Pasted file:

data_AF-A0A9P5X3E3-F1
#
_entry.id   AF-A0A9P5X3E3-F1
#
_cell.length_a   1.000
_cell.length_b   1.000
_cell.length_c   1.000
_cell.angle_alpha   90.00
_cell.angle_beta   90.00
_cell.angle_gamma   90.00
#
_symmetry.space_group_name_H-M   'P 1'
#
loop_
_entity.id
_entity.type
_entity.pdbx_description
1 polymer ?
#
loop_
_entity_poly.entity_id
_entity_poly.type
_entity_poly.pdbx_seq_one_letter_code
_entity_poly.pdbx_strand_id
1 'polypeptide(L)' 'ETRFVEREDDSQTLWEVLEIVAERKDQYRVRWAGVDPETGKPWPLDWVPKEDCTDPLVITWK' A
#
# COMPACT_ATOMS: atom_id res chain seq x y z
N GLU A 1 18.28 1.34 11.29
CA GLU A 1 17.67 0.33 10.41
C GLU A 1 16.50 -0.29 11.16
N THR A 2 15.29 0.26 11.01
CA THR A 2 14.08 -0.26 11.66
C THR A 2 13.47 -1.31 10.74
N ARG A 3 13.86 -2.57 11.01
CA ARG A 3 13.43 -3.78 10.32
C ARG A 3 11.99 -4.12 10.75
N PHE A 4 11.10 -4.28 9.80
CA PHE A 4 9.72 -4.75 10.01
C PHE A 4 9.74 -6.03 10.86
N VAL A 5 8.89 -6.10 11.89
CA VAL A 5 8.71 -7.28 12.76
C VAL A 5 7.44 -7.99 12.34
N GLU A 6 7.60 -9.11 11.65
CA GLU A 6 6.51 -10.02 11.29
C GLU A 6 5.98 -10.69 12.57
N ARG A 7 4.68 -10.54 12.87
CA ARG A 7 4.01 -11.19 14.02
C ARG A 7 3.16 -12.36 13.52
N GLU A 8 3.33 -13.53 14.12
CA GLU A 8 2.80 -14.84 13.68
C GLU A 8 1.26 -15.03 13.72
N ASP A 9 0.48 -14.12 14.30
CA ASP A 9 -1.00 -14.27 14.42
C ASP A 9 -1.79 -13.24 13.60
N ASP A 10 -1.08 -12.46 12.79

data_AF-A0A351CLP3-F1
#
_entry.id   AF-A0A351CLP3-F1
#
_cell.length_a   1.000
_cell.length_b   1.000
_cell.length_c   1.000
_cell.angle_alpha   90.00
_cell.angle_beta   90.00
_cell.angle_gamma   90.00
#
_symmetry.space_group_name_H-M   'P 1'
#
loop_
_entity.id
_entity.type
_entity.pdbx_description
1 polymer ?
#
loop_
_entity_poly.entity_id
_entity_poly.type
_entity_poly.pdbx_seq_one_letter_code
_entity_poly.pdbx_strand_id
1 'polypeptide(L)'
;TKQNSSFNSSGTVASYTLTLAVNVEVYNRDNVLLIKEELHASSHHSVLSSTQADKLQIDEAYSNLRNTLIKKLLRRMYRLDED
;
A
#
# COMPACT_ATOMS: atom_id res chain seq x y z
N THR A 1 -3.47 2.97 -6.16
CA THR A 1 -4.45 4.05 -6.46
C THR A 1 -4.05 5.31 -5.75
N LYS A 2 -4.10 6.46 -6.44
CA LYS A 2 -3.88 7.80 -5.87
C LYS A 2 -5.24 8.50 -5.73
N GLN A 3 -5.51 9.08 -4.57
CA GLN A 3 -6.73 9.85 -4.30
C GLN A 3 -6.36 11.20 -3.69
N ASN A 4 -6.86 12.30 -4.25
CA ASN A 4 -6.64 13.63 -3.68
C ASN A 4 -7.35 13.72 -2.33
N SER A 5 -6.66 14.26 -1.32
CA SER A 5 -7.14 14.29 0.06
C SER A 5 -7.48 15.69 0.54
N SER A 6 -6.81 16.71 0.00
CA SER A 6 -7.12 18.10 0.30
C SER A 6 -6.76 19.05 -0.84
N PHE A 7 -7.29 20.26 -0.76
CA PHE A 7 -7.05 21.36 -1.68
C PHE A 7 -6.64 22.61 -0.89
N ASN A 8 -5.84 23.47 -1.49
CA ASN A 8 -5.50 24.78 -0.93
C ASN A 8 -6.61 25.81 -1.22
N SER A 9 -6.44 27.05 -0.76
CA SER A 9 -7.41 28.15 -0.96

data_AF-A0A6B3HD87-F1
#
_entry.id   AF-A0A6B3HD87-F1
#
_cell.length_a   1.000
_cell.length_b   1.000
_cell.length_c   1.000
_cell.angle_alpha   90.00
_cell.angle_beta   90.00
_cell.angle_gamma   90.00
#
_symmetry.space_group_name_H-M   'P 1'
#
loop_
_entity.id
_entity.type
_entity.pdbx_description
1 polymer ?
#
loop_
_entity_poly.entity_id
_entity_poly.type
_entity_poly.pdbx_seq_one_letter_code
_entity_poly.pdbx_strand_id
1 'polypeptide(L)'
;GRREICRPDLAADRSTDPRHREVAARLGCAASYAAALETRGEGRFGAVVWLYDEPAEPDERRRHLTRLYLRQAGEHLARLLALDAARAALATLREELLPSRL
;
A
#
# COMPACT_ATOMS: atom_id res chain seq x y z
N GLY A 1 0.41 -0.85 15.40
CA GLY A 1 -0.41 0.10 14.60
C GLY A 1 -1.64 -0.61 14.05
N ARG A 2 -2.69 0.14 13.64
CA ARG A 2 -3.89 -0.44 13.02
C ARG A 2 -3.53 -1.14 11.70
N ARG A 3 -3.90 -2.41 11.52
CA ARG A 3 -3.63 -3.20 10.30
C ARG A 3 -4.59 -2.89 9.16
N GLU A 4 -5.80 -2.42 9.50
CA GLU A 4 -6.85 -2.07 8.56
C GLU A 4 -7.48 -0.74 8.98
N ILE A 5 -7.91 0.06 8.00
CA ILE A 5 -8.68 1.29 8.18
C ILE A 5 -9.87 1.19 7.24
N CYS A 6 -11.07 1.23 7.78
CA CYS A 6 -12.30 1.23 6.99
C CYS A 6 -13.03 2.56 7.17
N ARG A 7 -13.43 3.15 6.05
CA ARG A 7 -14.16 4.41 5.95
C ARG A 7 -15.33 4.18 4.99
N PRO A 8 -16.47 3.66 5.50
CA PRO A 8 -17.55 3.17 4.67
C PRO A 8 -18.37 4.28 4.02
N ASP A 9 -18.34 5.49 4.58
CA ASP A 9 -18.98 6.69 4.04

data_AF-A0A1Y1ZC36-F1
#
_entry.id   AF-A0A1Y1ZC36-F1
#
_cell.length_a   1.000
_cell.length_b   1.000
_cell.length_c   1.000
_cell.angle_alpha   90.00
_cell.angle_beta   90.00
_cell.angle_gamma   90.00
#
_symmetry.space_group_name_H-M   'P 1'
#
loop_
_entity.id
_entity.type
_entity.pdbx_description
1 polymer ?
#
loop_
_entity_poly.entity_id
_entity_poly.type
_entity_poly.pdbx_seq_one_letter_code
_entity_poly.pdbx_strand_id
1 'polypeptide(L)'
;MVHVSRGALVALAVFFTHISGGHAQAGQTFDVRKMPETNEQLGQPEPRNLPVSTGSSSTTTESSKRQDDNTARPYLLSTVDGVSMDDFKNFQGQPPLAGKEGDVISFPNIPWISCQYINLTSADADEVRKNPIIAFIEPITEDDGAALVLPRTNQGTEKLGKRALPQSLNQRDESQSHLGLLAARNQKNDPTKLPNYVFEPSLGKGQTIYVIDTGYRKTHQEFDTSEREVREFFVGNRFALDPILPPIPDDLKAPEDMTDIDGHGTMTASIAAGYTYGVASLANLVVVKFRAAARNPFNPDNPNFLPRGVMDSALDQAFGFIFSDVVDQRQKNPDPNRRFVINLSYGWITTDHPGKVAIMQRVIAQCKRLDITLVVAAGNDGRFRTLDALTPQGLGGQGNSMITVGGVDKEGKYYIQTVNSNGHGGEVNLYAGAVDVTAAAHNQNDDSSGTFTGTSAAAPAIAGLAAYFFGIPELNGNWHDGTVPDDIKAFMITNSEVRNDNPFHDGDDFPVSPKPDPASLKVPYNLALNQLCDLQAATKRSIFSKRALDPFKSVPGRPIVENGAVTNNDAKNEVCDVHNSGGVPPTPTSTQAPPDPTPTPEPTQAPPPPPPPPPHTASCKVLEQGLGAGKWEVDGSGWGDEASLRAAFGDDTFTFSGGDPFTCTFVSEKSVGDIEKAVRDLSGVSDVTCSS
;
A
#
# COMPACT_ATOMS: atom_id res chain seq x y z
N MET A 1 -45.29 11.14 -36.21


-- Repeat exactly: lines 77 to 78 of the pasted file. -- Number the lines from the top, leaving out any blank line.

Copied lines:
_entity_poly.type
_entity_poly.pdbx_seq_one_letter_code